When Alberto Collareta first laid eyes on the boulder-sized vertebrae of the extinct animal, he couldn’t believe what he was seeing. He wondered how a creature that large could even move around.
“I was in front of something unlike anything I had ever seen,” said Collareta, a University of Pisa researcher and co-author of a study published Wednesday in the journal Nature describing the freshly unearthed species of giant prehistoric whale.
Dubbed by its discovers Perucetus colossus, or simply P. colossus, the titanic animal may not be just a record setter. P. colossus is also compelling scientists to reconsider their ideas about how animals are able to grow to gigantic sizes.
“This is another way in which you can get big,” said Hans Thewissen, a paleontologist and whale evolution expert at Northeast Ohio Medical University. With a body that looked vaguely like that of a manatee rather than a blue whale’s, it clearly did something different than other whales to maintain its huge mass.
But not everyone is convinced this colossus, while undoubtedly big, is truly more massive than a blue whale. The research team acknowledges their estimates for the animal’s body mass range widely, from 85 tons all the way up to 340 tons. The team exhumed only a partial skeleton without a skull, leading some scientists to say more fossils are needed before anyone names a new heavyweight champion of the animal kingdom.
“I don’t think we know enough about this group of whales to really weigh in on which interpretation on its body weight is the right one,” said Nick Pyenson, a paleontologist at the Smithsonian Institution. “I’m really skeptical of these high-end estimates.”
But he added: “Clearly, it is really big.”
In the animal kingdom, it’s usually good to be big. It’s easier to deter predators, care for young and move about when an animal is large and in charge.
But there are many factors that weigh against an animal’s growth. On land, one of the biggest is gravity itself. Legs can only be so strong to support a heavy frame.
In water, buoyancy helps aquatic animals balloon over eons to gargantuan sizes. Blue whales and their relatives only evolved to their current size in the past few million years, after a sudden rise in ocean upwelling provided them with abundant krill, their favorite meal, which helped fuel their growth.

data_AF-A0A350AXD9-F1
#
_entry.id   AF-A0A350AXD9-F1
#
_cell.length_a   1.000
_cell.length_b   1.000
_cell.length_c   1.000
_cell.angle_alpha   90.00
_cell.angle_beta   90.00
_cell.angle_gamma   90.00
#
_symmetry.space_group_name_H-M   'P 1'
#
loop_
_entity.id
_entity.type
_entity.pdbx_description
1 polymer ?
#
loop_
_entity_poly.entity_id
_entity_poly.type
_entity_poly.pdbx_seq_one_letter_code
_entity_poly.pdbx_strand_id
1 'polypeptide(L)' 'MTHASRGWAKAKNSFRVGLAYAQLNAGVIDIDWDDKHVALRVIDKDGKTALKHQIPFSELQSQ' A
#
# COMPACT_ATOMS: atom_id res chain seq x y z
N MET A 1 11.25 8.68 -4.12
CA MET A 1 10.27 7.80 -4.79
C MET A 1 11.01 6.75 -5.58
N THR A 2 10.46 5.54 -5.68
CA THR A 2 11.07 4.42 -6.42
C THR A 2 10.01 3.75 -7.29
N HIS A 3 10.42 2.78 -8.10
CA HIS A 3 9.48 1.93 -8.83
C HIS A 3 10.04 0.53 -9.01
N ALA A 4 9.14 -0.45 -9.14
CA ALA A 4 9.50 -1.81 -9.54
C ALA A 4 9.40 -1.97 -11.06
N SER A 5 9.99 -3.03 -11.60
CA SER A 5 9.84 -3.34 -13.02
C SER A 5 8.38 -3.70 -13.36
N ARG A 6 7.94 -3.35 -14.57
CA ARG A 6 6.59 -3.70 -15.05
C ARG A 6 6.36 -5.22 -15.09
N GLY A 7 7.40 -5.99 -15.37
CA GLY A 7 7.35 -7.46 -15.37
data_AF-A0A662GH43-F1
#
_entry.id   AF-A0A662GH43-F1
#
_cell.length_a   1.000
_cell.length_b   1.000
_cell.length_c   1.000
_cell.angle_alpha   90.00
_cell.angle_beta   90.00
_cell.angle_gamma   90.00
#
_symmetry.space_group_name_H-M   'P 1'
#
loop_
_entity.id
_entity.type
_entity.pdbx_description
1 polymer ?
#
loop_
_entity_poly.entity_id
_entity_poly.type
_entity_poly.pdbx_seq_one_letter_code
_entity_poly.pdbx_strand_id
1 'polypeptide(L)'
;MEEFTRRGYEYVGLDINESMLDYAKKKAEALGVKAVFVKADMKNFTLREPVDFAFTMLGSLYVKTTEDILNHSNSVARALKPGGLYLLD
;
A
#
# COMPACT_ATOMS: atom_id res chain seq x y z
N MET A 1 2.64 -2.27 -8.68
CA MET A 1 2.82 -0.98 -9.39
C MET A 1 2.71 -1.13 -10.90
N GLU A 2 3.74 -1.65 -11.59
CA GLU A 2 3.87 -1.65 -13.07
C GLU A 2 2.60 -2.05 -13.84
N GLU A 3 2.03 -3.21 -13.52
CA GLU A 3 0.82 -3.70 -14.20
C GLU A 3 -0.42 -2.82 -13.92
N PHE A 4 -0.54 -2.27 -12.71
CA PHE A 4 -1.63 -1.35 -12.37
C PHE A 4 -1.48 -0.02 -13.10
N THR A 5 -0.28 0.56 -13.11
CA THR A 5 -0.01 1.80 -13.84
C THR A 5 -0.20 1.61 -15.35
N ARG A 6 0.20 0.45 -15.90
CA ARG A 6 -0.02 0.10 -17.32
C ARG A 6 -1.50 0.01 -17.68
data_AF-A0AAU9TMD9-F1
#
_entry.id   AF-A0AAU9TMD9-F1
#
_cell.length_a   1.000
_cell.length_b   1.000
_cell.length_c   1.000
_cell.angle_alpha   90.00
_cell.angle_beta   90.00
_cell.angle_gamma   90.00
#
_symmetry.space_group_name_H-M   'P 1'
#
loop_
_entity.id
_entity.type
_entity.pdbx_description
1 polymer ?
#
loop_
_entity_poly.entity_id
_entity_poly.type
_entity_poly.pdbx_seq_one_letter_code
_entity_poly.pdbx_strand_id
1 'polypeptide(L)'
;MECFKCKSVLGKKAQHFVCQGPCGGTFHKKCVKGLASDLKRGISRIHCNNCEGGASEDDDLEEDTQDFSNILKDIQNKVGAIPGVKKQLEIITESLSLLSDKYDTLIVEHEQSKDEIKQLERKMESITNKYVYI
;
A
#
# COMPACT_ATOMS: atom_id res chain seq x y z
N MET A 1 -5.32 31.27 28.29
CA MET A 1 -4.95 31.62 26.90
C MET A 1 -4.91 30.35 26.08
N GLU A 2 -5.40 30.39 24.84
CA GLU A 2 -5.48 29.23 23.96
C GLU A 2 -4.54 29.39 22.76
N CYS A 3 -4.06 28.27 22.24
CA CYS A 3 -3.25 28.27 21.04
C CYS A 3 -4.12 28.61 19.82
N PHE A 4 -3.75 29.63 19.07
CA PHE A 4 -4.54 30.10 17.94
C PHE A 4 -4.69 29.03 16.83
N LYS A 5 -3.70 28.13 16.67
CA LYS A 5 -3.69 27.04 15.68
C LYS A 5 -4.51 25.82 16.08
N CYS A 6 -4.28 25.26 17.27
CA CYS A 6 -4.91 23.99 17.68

With ribs over a yard long and vertebrae weighing over 200 pounds each, the 39 million-year-old fossilized remains of the P. colossus required multiple field campaigns to exhume from the foot of a mountain in southern Peru’s Ica Valley after its discovery 13 years ago. The animal’s scientific name means “colossal whale from Peru.” The specimen today is housed at the Natural History Museum in Lima.
Its bones were thick and compact, more like a hippopotamus than a blue whale, suggesting it did not pursue a fast-moving prey such as krill. It must have done something different to sustain its weight.
The research team instead said P. colossus may have fed off the seafloor, munching on sea grass, feasting on bottom-dwelling animals or scavenging on carcasses.
There are a few issues with some of those hypotheses. For one, no whale is known to feed on plants. And it would take a lot of dead animals to sustain a scavenger as big as P. colossus. “I have a hard time thinking how many carcasses would be needed to sustain this animal,” Thewissen said.
Weighty questions about an extinct whale
However it fed, the discovery reveals there are multiples ways whales can evolve into giants. “It’s clear that Perucetus shows there are many, many other ways to be a whale,” Pyenson said. “And we haven’t really discovered all those ways yet. So that’s really exciting.”
The research team admits their ideas about their discovery’s diet are speculative. And they acknowledge there is a wide range in their estimates of the whale’s size, due to the skeleton’s many missing pieces and to the uncertainly about how best to put flesh to bone in 3D models.
“We have been extremely conservative in our approach and do not provide one single estimate but a range of values,” said Eli Amson, a researcher at the Stuttgart State Museum of Natural History in Germany who also co-wrote the paper.
Noting that the lower estimate of 85 tons is still “larger than some adult blue whales,” he said his team cannot be definitive about whether P. colossus or the blue whale is heavier.
“But we can claim with a great degree of certainty that its weight was in the ballpark of that of the blue whale,” he added.
The only way to get a better idea of what P. colossus’s life — and girth — were like is to find more fossils. The research team plans to continue roaming the Peruvian desert for bones.
Near the top of the wishlist is a skull, which would help solve the riddle of what exactly P. colossus ate to get so big.
“We really do need a skull,” Collareta said.